Written by Kathryn Erskine
After his father dies, Red, a twelve-year-old boy is tries to find a way to get his mother to let the family stay in Stony Gap and run his father’s auto shop. Of course, his motivation goes beyond the business itself. This is the only place Red has ever known and all of his friends are here, as is his great grandfather’s desk with his very own name carved on it.
Woven throughout this coming-of-age story is the story of America’s coming of age through civil rights. Red becomes embroiled with the wrong gang and finds himself stuck gagged and bound watching his friend of a different race beaten and nearly lynched. Red cannot believe that the separation between the races is still a problem in the 70’s.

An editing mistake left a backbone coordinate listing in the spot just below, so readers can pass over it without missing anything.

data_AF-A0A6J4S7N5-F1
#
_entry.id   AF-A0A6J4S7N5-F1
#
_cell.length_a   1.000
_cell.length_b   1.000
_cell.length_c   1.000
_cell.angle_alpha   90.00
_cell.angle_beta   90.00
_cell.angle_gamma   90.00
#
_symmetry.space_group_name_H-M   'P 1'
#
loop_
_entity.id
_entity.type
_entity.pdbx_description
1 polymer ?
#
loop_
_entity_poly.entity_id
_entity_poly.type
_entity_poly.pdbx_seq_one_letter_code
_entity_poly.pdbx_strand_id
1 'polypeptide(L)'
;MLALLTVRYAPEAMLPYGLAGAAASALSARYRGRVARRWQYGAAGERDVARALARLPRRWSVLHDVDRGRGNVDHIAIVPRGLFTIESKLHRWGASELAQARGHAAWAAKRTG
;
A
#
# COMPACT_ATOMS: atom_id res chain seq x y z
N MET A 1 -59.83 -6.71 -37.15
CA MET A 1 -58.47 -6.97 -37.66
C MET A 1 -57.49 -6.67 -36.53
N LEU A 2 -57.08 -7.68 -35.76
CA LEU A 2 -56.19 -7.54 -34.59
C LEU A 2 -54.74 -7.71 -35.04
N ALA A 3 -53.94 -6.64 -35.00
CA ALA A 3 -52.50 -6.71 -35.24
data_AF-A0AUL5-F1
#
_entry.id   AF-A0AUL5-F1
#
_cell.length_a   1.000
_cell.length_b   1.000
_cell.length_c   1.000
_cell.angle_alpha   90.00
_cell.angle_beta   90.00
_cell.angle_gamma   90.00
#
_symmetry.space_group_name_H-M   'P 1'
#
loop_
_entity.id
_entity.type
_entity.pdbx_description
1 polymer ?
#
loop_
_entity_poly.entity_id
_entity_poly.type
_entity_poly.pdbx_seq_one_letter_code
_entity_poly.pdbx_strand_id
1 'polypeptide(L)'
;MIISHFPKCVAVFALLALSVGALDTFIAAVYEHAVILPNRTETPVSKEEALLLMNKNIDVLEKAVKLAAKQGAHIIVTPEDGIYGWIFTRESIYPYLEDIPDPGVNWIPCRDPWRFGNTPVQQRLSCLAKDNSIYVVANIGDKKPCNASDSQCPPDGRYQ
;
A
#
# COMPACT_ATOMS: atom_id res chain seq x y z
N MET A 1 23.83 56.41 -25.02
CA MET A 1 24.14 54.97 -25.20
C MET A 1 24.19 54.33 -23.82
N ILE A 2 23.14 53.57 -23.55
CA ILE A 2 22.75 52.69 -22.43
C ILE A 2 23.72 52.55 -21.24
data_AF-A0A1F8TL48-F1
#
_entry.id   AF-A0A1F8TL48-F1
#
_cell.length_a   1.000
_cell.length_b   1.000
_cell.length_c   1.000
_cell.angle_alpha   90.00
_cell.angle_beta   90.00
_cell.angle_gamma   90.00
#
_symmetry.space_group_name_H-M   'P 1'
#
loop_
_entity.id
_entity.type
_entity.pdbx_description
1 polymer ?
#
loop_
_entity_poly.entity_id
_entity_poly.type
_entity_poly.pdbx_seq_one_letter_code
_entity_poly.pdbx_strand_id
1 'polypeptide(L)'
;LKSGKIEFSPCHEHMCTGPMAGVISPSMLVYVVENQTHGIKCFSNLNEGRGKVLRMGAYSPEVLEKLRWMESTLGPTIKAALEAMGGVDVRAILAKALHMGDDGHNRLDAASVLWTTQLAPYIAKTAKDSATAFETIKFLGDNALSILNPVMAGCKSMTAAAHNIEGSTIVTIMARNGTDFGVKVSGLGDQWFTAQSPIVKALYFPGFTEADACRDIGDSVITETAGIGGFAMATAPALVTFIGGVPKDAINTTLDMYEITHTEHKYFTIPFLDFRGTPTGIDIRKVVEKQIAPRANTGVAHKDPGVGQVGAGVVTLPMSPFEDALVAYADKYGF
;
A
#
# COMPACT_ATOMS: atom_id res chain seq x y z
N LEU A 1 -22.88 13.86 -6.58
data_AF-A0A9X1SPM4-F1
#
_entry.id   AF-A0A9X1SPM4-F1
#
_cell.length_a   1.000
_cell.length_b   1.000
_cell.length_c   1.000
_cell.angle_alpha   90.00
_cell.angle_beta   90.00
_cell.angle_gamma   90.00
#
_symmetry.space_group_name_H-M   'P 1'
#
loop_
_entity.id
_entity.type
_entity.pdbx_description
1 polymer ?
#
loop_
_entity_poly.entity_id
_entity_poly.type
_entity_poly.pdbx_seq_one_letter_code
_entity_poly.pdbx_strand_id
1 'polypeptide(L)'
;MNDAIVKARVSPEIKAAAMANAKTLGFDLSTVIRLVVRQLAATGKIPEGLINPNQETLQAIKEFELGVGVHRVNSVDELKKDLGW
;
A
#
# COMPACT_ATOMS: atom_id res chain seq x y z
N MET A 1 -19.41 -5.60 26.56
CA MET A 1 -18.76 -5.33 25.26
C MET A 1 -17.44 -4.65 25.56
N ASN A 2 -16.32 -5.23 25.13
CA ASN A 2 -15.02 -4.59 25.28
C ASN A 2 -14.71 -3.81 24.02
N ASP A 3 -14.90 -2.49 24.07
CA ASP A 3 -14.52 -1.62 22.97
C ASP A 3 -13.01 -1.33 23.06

He learns a lot about himself, his family and his country while learning to become his own man. Book clubs, fifth grade reading classes and older classes studying the Civil Right movements will find this a spellbinding read.
Teachers and librarians, as well as parents, can use this as an excellent read aloud to lead to discussions about tracing family trees and maybe not liking everything found in that past. Ideas like courage, truthfulness, honor and knowledge will be topics of conversation involving this story, individual families and contemporary life. Readers might give thought to what they would be willing to do in standing up for friends and/or strangers of other races.
Literacy skills strengthened throughout this text include, but are not limited to: inferential details, comprehension, main idea, supporting details, plot development, character development, dialogue and setting.
This book could also be used successfully for a readers’ theater by appointing a different reader for each speaking part within a chapter.